But when we look closer at the relation thus constituted between Ethics and Politics, we see that a distinction has to be taken between actual or Positive Law and Ideal Law or Law as it ought to be. It is for the latter that Political Theory lays down principles; but it is Positive, not Ideal, Law that primarily determines right conduct for an individual here and now, in the manner just exemplified. No doubt if Positive and Ideal Law appear to me to diverge very widely---if (e.g.) I am convinced by political theory that a fundamental change in the law of property is desirable---this conviction is likely to influence my view of my moral duty under the existing law; but the extent of this influence is vague and uncertain. Suppose I am a slave-owner in a society in which slavery is established, and become convinced that private property in human beings should be abolished by law: it does not therefore follow that I shall regard it as my moral duty to set free my slaves at once. I may think immediate general abolition of slavery not only hopeless, but even inexpedient for the slaves themselves, who require a gradual education for freedom: so that it is better for the present to aim at legal changes that would cut off the worst evils of slavery, and meanwhile to set an example of humane and considerate treatment of bondsmen. Similar reasonings might be applied to the abolition of private property in the instruments of production, or in appointments to offices, civil or ecclesiastical. Speaking generally, the extent to which political ideals ought to influence moral duty would seem to depend partly on the apparent remoteness or nearness of the prospect of realising the ideal, partly on its imperativeness, or the expediency of immediate realisation: and the force attached to both these considerations is likely to vary with the political method adopted; so that it belongs to Politics rather than Ethics to determine them more precisely.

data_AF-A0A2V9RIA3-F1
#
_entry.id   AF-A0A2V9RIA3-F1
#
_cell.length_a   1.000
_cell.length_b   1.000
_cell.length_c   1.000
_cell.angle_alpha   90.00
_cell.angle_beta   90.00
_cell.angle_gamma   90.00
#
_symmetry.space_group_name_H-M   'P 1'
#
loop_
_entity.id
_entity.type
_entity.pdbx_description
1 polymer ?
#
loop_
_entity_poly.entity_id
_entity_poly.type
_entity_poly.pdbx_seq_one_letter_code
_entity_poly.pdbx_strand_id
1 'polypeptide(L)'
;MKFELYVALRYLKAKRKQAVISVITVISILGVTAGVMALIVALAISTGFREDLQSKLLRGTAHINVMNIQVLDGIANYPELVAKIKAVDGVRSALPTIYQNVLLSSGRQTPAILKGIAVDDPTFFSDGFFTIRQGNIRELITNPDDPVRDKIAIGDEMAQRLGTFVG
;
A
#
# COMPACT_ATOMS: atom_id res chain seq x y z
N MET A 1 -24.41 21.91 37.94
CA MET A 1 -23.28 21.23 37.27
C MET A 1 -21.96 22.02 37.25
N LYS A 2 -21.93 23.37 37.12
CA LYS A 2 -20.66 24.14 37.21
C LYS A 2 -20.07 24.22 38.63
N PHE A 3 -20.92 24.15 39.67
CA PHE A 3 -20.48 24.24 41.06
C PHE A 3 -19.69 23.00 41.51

To sum up: we have to distinguish clearly between two questions: (1) how far the determination of right conduct for an individual here and now ought to be influenced by Positive Laws, and other commands of Government as actually established; and (2) how far it ought to be influenced by Political Theory, as to the functions and structure of Government as it ought to be. As regards the former, it clearly belongs to Ethics to determine the grounds and limits of obedience to Government; and also the general conception of political duty, so far as it goes beyond mere obedience-with due recognition of the large variations due to the varying political conditions of different states. (A ``good citizen'' in the United States will reasonably form a conception of his actual political duty widely divergent from that reasonably formed by a good citizen in Russia.) And this will be the primary business of Ethics so far as it deals with the political side of life. The discussion of political ideals will only come within its purview in a more indefinite and indirect way, so far as such ideals cannot but have some influence on the determination of political duty under existing conditions.

[ME, Introduction, §5]
[ME, Relation of Ethics to Politics, §2]